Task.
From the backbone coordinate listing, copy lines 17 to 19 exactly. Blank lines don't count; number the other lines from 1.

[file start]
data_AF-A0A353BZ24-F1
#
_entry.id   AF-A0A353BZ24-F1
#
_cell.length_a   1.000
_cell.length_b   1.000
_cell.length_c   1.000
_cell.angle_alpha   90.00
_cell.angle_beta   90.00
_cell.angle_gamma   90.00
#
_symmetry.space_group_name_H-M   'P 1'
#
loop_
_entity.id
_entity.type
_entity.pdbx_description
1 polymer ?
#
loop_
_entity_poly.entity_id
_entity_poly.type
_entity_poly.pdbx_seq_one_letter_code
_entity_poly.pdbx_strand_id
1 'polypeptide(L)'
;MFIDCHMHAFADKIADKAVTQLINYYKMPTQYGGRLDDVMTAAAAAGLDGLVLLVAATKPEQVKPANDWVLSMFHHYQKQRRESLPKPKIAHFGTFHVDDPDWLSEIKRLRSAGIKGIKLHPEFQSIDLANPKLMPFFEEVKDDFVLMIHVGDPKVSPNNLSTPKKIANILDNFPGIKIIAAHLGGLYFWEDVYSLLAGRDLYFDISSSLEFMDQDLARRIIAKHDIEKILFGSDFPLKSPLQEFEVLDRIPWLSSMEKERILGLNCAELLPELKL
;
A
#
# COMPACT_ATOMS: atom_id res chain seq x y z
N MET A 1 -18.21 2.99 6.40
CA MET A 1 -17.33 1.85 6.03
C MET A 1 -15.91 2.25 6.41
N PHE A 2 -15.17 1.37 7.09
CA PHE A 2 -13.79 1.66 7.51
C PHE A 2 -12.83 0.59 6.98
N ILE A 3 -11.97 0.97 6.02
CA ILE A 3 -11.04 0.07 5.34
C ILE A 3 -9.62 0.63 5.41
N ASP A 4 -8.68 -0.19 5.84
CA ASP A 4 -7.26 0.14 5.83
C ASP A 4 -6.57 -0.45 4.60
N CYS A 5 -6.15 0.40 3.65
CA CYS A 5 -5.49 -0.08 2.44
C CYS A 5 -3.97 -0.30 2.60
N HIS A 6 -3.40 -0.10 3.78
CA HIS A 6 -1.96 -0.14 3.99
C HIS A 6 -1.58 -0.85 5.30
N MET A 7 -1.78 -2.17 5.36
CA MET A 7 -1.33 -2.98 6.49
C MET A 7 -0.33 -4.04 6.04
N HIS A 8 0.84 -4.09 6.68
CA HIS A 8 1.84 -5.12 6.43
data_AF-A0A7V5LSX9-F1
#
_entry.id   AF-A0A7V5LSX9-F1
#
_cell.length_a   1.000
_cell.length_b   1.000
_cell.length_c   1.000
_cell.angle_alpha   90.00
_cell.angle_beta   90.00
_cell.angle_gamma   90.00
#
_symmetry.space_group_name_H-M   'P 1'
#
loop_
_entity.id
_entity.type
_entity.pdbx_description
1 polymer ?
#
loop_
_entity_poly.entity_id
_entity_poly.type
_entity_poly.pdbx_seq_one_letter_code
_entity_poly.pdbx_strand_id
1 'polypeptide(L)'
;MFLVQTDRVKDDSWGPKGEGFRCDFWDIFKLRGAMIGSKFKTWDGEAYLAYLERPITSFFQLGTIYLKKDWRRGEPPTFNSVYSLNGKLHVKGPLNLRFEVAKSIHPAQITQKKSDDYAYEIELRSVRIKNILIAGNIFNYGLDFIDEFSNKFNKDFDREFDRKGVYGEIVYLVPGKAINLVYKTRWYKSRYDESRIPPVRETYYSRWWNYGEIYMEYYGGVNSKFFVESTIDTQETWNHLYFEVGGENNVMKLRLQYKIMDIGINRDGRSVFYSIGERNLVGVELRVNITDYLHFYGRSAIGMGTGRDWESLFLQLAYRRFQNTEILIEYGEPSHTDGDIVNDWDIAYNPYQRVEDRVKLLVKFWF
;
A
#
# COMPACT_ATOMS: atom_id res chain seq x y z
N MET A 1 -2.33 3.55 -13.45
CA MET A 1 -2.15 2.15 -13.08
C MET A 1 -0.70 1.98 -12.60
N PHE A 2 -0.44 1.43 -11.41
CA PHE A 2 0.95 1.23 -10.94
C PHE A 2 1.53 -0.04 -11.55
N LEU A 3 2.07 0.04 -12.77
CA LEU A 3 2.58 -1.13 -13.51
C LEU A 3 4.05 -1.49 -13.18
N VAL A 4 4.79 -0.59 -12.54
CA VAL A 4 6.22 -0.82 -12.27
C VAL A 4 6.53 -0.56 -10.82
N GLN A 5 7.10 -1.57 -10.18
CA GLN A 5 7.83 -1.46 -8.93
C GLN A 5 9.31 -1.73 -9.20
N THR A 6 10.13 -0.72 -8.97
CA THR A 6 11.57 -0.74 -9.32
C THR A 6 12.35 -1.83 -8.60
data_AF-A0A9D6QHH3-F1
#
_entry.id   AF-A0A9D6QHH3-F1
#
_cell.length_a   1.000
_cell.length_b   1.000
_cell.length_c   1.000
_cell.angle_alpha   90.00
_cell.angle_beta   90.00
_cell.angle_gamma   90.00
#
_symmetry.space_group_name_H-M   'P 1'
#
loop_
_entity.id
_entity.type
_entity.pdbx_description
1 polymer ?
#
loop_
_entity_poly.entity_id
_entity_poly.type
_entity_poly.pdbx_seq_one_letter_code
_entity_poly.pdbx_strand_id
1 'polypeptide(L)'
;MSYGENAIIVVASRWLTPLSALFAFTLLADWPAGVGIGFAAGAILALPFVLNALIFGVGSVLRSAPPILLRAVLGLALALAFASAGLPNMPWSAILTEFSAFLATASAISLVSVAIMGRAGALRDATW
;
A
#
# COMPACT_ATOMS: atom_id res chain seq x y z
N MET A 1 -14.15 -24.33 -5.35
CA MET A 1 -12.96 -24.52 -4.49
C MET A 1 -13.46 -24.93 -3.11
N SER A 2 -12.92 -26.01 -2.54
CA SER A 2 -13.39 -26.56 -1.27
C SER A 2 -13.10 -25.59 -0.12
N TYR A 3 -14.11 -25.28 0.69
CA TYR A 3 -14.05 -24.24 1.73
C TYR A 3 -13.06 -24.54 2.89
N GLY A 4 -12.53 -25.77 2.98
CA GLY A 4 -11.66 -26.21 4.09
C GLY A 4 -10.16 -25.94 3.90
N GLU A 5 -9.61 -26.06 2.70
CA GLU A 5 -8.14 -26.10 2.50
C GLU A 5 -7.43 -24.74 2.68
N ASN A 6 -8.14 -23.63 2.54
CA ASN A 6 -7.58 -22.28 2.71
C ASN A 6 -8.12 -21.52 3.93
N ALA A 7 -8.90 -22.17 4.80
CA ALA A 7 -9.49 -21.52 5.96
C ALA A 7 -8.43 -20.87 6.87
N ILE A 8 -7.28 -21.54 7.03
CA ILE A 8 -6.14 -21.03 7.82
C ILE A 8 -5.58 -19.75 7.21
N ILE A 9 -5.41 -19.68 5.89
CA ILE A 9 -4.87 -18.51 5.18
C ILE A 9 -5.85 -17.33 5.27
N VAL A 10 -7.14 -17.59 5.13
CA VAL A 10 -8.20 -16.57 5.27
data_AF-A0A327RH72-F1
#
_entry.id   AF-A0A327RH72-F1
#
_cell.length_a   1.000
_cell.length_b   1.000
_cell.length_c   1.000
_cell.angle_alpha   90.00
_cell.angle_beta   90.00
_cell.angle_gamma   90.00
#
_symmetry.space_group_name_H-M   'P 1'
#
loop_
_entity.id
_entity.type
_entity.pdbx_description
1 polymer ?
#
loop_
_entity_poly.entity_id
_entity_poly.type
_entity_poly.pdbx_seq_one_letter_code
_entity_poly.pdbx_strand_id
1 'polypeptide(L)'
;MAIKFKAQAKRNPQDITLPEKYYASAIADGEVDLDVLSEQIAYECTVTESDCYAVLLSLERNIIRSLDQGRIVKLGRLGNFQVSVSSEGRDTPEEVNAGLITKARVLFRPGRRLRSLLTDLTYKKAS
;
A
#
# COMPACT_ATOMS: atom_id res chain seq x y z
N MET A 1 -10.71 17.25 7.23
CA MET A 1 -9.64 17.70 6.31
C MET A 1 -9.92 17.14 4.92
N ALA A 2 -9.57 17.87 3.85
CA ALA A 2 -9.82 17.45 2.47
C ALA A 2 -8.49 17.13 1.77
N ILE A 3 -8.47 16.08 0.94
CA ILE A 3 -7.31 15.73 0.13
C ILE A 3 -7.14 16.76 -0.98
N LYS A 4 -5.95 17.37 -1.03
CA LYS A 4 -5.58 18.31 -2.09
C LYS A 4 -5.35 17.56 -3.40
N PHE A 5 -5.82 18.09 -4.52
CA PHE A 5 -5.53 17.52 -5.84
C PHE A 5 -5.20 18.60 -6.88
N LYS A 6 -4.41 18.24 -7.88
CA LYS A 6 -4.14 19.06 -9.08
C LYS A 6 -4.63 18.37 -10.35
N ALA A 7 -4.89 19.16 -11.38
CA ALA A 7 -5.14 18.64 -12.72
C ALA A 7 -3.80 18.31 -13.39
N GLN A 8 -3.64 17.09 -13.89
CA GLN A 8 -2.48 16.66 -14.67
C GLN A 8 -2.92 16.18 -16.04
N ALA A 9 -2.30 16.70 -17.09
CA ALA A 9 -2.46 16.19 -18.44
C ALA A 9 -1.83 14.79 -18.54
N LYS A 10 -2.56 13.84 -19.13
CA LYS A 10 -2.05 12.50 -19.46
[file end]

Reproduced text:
_entity.pdbx_description
1 polymer ?
#